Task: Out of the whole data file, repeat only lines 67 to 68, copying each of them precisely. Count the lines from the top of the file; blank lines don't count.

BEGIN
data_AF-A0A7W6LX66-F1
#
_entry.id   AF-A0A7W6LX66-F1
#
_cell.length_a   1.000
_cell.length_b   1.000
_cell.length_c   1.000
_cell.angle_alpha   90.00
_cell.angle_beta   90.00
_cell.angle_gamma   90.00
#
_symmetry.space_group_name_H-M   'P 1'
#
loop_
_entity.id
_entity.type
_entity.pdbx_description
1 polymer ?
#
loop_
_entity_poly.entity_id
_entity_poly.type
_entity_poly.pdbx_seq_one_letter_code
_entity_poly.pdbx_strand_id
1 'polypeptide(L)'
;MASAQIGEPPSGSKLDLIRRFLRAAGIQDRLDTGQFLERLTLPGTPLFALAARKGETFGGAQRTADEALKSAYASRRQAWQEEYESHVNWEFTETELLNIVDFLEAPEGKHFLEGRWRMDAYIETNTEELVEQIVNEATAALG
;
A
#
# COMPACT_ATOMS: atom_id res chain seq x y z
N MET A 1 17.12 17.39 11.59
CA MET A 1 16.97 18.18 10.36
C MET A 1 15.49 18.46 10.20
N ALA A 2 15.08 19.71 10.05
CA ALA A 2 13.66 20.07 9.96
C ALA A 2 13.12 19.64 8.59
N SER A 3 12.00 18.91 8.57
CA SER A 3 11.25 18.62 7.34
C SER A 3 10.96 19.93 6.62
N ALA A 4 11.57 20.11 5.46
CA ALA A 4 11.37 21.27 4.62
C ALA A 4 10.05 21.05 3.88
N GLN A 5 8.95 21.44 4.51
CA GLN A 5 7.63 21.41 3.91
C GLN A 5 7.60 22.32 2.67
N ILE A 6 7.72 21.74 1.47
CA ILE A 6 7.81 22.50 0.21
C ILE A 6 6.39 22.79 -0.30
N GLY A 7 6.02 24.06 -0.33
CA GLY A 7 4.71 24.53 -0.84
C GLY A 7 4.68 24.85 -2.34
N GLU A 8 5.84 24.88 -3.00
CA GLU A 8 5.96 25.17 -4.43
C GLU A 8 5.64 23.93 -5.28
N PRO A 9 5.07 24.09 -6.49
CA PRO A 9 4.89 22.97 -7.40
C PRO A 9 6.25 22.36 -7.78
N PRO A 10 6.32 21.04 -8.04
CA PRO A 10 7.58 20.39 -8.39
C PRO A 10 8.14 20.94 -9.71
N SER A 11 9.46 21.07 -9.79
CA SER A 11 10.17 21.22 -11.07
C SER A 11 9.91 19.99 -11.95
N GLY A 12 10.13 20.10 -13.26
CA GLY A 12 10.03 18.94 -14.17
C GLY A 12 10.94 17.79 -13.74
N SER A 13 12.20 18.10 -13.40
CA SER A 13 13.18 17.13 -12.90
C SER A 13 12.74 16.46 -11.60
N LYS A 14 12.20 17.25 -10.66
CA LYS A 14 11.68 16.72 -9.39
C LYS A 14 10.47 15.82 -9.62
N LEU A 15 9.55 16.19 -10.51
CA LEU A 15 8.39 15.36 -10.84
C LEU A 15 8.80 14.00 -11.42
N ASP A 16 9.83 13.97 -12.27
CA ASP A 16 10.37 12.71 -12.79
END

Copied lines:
N SER A 13 12.20 18.10 -13.40
CA SER A 13 13.18 17.13 -12.90